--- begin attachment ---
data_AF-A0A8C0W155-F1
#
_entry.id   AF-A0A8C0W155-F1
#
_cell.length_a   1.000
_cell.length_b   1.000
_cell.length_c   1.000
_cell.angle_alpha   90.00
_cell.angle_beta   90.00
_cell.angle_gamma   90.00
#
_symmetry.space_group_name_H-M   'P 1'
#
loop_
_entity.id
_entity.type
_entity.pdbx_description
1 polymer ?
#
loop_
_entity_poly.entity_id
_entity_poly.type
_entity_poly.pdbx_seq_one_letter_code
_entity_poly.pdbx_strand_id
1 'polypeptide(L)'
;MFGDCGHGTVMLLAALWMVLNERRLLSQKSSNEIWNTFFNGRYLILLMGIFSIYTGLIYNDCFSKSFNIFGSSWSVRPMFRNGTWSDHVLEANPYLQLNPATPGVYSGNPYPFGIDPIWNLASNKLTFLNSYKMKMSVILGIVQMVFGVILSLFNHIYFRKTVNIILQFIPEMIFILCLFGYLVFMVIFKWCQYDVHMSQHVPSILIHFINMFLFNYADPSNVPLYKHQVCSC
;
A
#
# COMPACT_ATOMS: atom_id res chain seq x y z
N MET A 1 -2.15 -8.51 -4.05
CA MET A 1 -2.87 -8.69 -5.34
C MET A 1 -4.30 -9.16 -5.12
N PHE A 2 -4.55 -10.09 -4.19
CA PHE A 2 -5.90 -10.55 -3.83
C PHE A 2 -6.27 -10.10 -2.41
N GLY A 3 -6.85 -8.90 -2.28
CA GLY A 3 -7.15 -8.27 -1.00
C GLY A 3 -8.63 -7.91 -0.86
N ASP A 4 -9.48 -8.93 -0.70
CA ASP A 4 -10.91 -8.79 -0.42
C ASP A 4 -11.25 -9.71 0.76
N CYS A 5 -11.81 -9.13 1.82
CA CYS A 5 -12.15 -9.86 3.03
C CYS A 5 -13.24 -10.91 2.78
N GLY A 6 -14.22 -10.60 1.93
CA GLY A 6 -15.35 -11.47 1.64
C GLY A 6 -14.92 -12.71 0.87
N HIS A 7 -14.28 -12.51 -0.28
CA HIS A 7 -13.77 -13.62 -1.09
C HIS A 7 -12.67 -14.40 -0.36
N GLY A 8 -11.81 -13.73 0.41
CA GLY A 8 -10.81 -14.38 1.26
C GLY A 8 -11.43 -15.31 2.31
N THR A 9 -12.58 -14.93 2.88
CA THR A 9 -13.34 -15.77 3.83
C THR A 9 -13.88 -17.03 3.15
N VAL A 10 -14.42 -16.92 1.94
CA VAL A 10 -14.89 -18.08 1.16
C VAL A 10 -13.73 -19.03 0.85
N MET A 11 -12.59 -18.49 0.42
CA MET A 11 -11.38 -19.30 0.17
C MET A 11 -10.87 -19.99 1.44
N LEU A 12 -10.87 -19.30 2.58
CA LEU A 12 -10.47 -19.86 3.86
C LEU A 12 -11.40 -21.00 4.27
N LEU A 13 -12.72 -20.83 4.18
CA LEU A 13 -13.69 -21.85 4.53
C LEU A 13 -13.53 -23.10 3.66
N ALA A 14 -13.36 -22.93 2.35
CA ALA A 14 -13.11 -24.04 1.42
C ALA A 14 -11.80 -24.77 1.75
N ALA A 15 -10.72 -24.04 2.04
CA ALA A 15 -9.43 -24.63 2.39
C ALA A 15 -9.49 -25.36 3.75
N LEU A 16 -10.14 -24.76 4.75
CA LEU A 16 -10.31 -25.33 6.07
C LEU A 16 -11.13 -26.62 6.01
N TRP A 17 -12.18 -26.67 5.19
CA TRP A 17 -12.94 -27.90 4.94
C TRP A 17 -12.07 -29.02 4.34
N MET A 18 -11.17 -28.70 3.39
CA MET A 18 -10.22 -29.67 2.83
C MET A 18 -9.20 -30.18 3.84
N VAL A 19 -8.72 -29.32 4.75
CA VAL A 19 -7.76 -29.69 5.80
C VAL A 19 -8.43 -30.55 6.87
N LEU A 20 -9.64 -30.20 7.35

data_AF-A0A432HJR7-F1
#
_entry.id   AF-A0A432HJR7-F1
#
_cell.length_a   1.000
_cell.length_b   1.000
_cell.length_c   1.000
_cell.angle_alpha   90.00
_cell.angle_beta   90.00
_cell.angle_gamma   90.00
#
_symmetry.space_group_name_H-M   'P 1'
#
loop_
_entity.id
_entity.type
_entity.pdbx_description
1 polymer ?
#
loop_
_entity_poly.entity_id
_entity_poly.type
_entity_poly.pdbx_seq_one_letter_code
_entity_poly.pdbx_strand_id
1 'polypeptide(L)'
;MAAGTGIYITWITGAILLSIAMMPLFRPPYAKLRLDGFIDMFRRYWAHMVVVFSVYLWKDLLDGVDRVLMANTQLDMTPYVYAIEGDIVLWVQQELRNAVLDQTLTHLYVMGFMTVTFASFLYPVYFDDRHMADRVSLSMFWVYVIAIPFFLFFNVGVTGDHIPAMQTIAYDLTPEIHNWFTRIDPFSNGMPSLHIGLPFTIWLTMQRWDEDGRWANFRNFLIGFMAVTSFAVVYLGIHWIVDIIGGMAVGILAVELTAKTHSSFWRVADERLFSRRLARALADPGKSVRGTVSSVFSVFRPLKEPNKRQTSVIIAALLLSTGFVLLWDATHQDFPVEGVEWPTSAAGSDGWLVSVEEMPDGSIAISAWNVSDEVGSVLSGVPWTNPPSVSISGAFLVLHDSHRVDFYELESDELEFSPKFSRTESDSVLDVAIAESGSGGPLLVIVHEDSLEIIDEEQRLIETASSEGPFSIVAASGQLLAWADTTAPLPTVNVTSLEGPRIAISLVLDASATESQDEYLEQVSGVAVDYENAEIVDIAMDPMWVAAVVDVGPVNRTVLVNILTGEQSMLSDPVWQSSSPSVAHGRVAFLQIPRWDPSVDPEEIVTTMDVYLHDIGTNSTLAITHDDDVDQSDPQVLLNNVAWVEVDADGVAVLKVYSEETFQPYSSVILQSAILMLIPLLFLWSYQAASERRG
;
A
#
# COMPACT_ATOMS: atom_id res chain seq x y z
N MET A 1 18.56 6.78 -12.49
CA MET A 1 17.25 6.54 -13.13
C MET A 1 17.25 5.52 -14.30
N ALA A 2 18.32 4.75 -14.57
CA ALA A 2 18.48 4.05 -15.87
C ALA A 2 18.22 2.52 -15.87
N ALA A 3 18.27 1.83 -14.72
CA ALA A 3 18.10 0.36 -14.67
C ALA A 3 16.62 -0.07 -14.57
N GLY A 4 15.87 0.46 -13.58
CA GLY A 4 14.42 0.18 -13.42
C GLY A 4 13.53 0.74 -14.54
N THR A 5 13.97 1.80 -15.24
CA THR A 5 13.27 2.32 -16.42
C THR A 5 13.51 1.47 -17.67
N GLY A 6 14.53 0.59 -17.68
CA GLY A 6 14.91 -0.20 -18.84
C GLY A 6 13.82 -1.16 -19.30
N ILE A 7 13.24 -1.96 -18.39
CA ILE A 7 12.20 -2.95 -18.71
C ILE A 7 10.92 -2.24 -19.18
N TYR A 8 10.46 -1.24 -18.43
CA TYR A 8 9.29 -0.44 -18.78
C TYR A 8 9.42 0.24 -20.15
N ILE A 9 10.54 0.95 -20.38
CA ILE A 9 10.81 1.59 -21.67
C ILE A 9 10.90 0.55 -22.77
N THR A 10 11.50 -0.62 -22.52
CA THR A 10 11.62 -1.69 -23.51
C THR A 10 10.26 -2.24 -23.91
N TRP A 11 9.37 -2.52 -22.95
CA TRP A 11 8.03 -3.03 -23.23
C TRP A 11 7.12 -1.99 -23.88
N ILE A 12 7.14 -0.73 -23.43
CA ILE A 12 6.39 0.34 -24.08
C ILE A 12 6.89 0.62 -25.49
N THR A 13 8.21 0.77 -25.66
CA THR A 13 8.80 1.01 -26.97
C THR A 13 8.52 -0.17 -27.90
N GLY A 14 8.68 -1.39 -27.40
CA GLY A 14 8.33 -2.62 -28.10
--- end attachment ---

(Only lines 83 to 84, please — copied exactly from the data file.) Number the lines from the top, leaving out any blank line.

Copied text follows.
CA MET A 18 -10.22 -29.67 2.83
C MET A 18 -9.20 -30.18 3.84